There are so many ways to climb that we were pleasantly surprised that it didn’t feel overwhelmingly crowded, even in the middle of the day.
And if you do get separated from your party, there are numbers on each intersection so that you can easily be found again. Clever, that.
so many selfies, so little time
It’s lovely to just wander, and let your instinct lead you one way or another as you ascend. Of course, people are stopping everywhere to take pictures and selfies.
If that’s your mission, be sure to take pics against a variety of backgrounds – as you’ll see, the photos feel quite different depending on whether you want a water view or a city view behind you.
We waved at a jolly group of construction workers on the roof of The Shed performing arts center. It wasn’t yet open the day we climbed the Vessel. It’s worth noting that there’s a great deal of construction still underway throughout Hudson Yards, so expect lots of noise and activity all around you on ground level.
There are beautiful reflections and shadows around every turn. And the sharp geometric lines and angles of the architecture make for some truly striking views.
Undoubtedly, whole volumes will be written about where to take the best photos and selfies at the Vessel. All we’ll say is, have fun experimenting with that. But at some point, put the phone down and soak in the communal experience.
The top of the sculpture and the view of New York
There are so many different visuals coming at you on the way up that you may wonder if the top of the Vessel is going to deliver as the pièce de résistance. Like, how much better could it be?
Dear reader, it’s definitely worth the climb.
You’ll see the city and the Hudson River in a way that you’re unlikely to have seen them before.
And the excitement and enthusiasm of the people around you is totally infectious. So go ahead: throw your hands up in the air if the spirit moves you.
Our advice is that once you get to the top, circle 180 degrees, and descend on the opposite side from your climb up. The light will be different, as will the views, on the way down.
On your way down
If you’re like us, on your way down you’ll start to notice more nuances and subtleties. You’ll observe that there are little human dramas playing themselves out all around you. Someone is trying to take a really cool photo.
A kindly stranger is helping a couple get a nice photo together. Someone else is lost in reflection. Two friends are out for an adventure. A couple is on a day date.
From this vantage point, you can see that the fine-dining restaurants in the Shops & Restaurants complex are going to be sensational, especially on a warm summer night.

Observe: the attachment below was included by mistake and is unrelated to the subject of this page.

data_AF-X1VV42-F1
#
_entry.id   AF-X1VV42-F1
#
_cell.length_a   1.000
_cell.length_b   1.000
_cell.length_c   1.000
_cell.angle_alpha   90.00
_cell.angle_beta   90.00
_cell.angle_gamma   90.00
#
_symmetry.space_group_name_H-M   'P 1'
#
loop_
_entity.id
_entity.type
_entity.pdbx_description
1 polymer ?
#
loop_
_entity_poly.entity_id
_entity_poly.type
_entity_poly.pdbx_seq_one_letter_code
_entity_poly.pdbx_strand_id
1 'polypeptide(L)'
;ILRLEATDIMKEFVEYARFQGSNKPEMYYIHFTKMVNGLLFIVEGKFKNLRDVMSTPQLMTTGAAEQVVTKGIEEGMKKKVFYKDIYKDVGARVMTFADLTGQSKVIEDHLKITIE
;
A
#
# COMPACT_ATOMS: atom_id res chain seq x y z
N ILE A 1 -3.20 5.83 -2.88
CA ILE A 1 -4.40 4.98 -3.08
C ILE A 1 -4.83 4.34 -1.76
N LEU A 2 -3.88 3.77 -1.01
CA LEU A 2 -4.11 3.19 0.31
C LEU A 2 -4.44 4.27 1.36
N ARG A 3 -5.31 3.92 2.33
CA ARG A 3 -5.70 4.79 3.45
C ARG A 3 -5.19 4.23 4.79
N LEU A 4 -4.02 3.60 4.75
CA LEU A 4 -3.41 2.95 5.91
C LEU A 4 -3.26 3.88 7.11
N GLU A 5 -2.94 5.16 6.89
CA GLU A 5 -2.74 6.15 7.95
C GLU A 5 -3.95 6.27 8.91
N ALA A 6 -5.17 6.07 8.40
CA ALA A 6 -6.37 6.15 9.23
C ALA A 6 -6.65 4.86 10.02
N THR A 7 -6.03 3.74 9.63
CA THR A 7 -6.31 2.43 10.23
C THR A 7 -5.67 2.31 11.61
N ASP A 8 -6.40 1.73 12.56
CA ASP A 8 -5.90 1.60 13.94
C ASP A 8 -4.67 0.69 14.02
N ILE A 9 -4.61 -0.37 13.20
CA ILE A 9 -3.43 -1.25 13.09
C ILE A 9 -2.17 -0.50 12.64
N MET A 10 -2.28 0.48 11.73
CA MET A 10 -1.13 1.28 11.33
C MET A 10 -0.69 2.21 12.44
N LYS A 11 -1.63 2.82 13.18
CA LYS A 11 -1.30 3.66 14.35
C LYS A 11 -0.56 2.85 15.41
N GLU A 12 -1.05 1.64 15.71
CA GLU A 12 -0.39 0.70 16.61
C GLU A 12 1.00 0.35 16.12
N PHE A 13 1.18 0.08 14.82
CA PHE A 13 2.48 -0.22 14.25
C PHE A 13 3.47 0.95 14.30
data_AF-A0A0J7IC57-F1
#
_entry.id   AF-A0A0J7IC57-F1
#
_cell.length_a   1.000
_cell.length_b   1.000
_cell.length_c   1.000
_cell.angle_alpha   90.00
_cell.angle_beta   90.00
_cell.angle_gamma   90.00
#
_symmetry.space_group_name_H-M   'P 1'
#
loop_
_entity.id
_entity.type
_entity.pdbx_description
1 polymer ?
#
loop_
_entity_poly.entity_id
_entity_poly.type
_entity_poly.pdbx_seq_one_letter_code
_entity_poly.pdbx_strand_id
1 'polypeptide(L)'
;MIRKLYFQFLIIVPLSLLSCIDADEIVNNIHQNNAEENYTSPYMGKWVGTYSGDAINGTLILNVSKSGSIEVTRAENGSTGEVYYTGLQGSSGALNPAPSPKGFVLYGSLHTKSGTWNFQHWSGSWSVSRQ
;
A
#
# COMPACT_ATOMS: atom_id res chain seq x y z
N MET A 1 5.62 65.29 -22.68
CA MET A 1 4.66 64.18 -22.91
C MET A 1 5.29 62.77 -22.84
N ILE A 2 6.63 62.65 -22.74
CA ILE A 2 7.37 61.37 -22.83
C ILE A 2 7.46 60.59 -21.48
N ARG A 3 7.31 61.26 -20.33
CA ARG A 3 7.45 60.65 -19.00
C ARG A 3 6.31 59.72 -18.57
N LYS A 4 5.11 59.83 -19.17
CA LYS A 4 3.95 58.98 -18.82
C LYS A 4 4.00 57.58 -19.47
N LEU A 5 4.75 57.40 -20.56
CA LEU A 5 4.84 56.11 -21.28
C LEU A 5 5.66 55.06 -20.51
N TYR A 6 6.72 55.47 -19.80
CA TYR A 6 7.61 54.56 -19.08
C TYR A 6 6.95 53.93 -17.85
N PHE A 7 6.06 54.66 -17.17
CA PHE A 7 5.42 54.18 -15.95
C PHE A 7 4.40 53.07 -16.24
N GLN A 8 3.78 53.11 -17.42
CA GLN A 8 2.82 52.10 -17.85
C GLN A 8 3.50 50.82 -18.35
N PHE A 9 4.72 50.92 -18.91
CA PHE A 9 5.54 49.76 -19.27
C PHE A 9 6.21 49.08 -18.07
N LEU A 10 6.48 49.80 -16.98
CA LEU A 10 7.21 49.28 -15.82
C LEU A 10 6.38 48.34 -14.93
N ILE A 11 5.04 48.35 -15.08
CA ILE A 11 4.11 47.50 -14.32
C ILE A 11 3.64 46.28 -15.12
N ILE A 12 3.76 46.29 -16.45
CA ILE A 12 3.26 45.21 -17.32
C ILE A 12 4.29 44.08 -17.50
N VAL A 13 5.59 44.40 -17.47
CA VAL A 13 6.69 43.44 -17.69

so, what should we call it?
The Vessel is described by those who view it from the outside as a “beehive,” a “honeycomb,” or a basket (the snarkier among us refer to it as the “wastebasket”). When you’re roaming around inside it, though, it feels much less prosaic than any of those things.
We felt that we were on an important mission, accompanied by an incredibly eclectic group of companions. Perhaps it was because nearly everyone we saw that day was extremely happy to be there. For whatever reason, we began to feel that we part of an enormous generator of human energy.
As you know, we believe in the power of circular spaces. As we spent more time in this one, we began to feel like we were both receiving and radiating positive energy. That the entire structure was an engine powered by the people in it, churning up sparks and energy that swirled around us, and then went flying up and away into the city and the sky.
Who knows what this sculpture will ultimately be called? We experienced it as almost like being inside of a turbine. Or a web. A colony, or a hive. A tapestry. An interconnected group of humans. It made us feel optimistic about human potential. Call it whatever you like. Something about this structure manages to capture, channel and amplify the vibrant urgency of Gotham in vertical form.
When you go, you’ll see what we mean.
the bottom line
You can easily climb to the top, circle around and be back down on the ground in about 45 minutes. Making this a perfect add to our Two Hours in New York list. It’s a small investment of time, with a very large payoff in terms of pleasure.
Nice job, Hudson Yards! Now, tell us, dear reader: when are you going to visit?